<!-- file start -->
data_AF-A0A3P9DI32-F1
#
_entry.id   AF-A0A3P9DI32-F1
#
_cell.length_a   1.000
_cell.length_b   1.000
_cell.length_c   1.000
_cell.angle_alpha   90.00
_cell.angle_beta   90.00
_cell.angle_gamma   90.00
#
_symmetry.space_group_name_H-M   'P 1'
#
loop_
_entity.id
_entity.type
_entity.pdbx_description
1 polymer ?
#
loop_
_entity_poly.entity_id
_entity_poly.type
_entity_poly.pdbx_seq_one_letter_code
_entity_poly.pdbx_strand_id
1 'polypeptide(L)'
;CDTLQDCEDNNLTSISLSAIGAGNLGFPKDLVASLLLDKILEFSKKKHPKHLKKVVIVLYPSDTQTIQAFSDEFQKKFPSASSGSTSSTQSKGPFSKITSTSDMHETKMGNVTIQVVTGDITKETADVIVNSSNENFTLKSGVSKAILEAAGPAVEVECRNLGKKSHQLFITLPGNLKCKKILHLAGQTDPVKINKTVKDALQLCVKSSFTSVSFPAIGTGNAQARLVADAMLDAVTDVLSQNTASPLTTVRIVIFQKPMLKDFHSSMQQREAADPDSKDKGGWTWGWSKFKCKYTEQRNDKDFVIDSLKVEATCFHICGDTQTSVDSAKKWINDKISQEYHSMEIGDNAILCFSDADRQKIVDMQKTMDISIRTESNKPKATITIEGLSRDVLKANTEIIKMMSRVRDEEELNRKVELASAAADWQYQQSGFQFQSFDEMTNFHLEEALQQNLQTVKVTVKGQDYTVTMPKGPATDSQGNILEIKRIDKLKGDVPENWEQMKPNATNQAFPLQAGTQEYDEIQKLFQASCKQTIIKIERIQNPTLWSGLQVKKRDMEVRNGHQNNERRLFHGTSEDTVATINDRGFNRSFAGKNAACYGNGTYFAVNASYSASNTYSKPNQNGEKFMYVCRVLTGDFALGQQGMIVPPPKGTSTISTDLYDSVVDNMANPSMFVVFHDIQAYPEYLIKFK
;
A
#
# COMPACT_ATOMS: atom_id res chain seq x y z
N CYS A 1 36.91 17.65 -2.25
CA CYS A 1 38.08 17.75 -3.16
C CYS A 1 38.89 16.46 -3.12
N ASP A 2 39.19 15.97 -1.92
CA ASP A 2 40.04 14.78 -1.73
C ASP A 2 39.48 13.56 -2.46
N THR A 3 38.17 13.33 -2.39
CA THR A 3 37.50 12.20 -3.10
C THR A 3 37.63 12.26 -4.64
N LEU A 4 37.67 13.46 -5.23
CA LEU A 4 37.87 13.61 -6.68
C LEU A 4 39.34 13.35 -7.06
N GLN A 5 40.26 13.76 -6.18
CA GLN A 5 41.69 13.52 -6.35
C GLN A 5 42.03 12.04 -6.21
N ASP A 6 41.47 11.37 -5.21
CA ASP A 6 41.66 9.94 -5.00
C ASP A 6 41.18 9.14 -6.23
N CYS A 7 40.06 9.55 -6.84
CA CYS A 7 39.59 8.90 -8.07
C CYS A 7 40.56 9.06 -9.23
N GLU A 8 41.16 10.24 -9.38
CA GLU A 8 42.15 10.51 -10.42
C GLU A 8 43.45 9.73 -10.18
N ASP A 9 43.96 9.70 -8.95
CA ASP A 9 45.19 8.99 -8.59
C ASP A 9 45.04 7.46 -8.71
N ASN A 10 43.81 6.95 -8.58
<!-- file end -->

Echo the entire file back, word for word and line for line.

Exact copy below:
data_AF-A0A3P9DI32-F1
#
_entry.id   AF-A0A3P9DI32-F1
#
_cell.length_a   1.000
_cell.length_b   1.000
_cell.length_c   1.000
_cell.angle_alpha   90.00
_cell.angle_beta   90.00
_cell.angle_gamma   90.00
#
_symmetry.space_group_name_H-M   'P 1'
#
loop_
_entity.id
_entity.type
_entity.pdbx_description
1 polymer ?
#
loop_
_entity_poly.entity_id
_entity_poly.type
_entity_poly.pdbx_seq_one_letter_code
_entity_poly.pdbx_strand_id
1 'polypeptide(L)'
;CDTLQDCEDNNLTSISLSAIGAGNLGFPKDLVASLLLDKILEFSKKKHPKHLKKVVIVLYPSDTQTIQAFSDEFQKKFPSASSGSTSSTQSKGPFSKITSTSDMHETKMGNVTIQVVTGDITKETADVIVNSSNENFTLKSGVSKAILEAAGPAVEVECRNLGKKSHQLFITLPGNLKCKKILHLAGQTDPVKINKTVKDALQLCVKSSFTSVSFPAIGTGNAQARLVADAMLDAVTDVLSQNTASPLTTVRIVIFQKPMLKDFHSSMQQREAADPDSKDKGGWTWGWSKFKCKYTEQRNDKDFVIDSLKVEATCFHICGDTQTSVDSAKKWINDKISQEYHSMEIGDNAILCFSDADRQKIVDMQKTMDISIRTESNKPKATITIEGLSRDVLKANTEIIKMMSRVRDEEELNRKVELASAAADWQYQQSGFQFQSFDEMTNFHLEEALQQNLQTVKVTVKGQDYTVTMPKGPATDSQGNILEIKRIDKLKGDVPENWEQMKPNATNQAFPLQAGTQEYDEIQKLFQASCKQTIIKIERIQNPTLWSGLQVKKRDMEVRNGHQNNERRLFHGTSEDTVATINDRGFNRSFAGKNAACYGNGTYFAVNASYSASNTYSKPNQNGEKFMYVCRVLTGDFALGQQGMIVPPPKGTSTISTDLYDSVVDNMANPSMFVVFHDIQAYPEYLIKFK
;
A
#
# COMPACT_ATOMS: atom_id res chain seq x y z
N CYS A 1 36.91 17.65 -2.25
CA CYS A 1 38.08 17.75 -3.16
C CYS A 1 38.89 16.46 -3.12
N ASP A 2 39.19 15.97 -1.92
CA ASP A 2 40.04 14.78 -1.73
C ASP A 2 39.48 13.56 -2.46
N THR A 3 38.17 13.33 -2.39
CA THR A 3 37.50 12.20 -3.10
C THR A 3 37.63 12.26 -4.64
N LEU A 4 37.67 13.46 -5.23
CA LEU A 4 37.87 13.61 -6.68
C LEU A 4 39.34 13.35 -7.06
N GLN A 5 40.26 13.76 -6.18
CA GLN A 5 41.69 13.52 -6.35
C GLN A 5 42.03 12.04 -6.21
N ASP A 6 41.47 11.37 -5.21
CA ASP A 6 41.66 9.94 -5.00
C ASP A 6 41.18 9.14 -6.23
N CYS A 7 40.06 9.55 -6.84
CA CYS A 7 39.59 8.90 -8.07
C CYS A 7 40.56 9.06 -9.23
N GLU A 8 41.16 10.24 -9.38
CA GLU A 8 42.15 10.51 -10.42
C GLU A 8 43.45 9.73 -10.18
N ASP A 9 43.96 9.70 -8.95
CA ASP A 9 45.19 8.99 -8.59
C ASP A 9 45.04 7.46 -8.71
N ASN A 10 43.81 6.95 -8.58